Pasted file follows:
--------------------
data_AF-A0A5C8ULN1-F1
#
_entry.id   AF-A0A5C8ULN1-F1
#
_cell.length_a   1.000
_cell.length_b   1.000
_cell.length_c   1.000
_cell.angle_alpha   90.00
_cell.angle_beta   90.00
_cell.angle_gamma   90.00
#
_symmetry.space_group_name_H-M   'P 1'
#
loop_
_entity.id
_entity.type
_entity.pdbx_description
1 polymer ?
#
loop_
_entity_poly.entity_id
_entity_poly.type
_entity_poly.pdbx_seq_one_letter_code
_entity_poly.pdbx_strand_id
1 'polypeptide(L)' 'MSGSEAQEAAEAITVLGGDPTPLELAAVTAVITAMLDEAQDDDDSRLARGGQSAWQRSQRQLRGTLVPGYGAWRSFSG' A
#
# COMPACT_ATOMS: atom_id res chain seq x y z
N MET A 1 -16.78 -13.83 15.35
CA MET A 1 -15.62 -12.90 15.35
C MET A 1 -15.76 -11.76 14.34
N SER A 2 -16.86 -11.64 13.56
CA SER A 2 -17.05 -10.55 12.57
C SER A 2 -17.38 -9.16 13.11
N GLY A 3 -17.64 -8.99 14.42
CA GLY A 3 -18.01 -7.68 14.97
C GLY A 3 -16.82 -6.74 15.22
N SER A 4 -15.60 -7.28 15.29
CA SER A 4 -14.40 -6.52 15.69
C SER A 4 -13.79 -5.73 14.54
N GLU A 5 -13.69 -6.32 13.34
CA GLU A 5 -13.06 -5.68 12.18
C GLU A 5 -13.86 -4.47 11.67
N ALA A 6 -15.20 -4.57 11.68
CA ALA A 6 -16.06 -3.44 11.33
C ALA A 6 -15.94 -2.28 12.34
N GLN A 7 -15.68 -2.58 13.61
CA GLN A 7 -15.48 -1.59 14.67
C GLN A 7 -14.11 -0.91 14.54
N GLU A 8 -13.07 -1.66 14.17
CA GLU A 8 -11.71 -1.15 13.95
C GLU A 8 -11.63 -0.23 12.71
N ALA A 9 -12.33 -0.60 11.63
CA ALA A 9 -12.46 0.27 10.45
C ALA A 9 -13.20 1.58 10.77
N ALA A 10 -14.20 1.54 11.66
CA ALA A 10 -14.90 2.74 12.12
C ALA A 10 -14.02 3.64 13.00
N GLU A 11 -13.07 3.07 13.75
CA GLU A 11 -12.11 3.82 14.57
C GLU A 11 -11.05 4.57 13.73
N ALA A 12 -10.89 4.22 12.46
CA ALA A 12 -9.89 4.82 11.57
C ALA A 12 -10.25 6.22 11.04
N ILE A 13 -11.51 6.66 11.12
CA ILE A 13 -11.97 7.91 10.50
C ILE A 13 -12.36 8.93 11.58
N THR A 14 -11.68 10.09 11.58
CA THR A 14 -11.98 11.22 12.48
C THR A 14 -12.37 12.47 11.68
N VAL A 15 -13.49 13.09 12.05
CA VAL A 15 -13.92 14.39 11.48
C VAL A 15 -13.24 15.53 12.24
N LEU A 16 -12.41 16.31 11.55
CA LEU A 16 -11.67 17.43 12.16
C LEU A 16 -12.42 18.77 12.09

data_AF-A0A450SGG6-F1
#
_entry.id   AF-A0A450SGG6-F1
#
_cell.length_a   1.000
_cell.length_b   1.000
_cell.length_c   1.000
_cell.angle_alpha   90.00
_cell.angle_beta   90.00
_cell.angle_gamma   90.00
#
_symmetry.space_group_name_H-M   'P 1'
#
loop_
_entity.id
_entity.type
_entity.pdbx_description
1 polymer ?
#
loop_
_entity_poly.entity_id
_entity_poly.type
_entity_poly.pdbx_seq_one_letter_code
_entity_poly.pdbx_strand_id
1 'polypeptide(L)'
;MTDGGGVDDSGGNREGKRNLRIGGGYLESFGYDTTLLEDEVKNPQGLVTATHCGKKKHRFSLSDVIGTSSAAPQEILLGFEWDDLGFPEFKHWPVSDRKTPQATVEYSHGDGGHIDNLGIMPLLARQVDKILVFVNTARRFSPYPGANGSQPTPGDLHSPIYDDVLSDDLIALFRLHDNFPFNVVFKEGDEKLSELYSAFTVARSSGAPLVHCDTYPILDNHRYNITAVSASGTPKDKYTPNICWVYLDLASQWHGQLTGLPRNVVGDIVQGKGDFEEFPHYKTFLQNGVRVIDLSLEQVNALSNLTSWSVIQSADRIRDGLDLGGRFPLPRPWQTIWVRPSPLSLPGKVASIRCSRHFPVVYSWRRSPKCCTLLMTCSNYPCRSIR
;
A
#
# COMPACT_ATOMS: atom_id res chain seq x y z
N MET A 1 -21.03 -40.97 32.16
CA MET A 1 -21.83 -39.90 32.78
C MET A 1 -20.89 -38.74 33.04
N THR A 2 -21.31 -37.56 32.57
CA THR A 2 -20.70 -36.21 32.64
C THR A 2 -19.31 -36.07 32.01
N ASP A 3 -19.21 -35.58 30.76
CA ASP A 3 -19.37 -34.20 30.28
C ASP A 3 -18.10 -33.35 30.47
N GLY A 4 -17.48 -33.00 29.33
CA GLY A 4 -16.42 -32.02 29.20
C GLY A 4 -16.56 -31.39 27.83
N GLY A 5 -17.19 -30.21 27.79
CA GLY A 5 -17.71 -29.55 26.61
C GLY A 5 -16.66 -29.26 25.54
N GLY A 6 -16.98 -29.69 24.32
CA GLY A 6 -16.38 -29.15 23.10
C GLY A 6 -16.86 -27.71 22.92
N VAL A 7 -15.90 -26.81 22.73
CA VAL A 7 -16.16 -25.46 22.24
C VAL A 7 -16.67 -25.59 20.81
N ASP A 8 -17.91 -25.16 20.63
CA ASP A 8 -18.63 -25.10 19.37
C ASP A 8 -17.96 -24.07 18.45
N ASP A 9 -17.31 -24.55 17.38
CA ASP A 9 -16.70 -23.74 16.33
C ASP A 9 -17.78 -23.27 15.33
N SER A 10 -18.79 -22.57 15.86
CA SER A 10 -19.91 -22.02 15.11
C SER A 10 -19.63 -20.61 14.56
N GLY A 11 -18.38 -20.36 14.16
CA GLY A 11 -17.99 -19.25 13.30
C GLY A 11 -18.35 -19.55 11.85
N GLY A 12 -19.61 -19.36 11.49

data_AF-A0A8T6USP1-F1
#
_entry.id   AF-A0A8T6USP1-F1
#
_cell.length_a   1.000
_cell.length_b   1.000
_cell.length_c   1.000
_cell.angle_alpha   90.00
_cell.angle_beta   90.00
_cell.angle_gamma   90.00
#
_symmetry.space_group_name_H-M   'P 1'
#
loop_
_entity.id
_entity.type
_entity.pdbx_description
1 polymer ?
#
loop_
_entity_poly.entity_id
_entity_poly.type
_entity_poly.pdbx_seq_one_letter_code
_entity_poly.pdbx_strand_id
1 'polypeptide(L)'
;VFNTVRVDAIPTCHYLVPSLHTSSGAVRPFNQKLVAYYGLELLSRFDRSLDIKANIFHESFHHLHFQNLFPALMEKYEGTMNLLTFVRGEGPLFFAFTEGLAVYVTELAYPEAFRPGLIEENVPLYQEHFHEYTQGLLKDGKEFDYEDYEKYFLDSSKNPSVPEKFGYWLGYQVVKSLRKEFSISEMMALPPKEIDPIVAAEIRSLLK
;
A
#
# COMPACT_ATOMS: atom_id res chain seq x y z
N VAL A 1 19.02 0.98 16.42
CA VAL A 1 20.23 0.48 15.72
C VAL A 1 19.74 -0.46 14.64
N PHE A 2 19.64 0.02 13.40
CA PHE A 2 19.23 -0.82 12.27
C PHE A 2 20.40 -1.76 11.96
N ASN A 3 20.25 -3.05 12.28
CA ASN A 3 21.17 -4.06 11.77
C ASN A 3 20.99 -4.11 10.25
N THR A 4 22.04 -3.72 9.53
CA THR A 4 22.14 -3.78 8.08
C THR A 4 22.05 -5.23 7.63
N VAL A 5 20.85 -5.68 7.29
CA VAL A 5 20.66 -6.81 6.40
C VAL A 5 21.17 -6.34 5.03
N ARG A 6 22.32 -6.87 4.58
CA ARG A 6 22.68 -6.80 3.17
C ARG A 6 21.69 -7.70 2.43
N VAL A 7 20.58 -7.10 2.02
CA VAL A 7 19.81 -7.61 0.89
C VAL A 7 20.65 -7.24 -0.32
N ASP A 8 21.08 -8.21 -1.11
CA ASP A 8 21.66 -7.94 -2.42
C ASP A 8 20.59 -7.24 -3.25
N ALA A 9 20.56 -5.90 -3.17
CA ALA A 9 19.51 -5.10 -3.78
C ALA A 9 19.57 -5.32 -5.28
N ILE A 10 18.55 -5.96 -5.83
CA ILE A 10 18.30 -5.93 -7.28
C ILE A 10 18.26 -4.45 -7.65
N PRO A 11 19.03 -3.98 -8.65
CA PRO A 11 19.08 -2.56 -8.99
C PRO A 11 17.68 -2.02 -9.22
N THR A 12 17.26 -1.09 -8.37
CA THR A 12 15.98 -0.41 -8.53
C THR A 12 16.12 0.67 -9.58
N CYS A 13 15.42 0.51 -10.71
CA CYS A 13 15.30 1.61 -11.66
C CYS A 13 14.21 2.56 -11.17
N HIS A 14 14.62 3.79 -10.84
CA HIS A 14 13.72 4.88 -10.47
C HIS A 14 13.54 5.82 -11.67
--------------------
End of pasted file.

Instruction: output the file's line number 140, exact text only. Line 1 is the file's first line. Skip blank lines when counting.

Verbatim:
data_AF-A0A8T6USP1-F1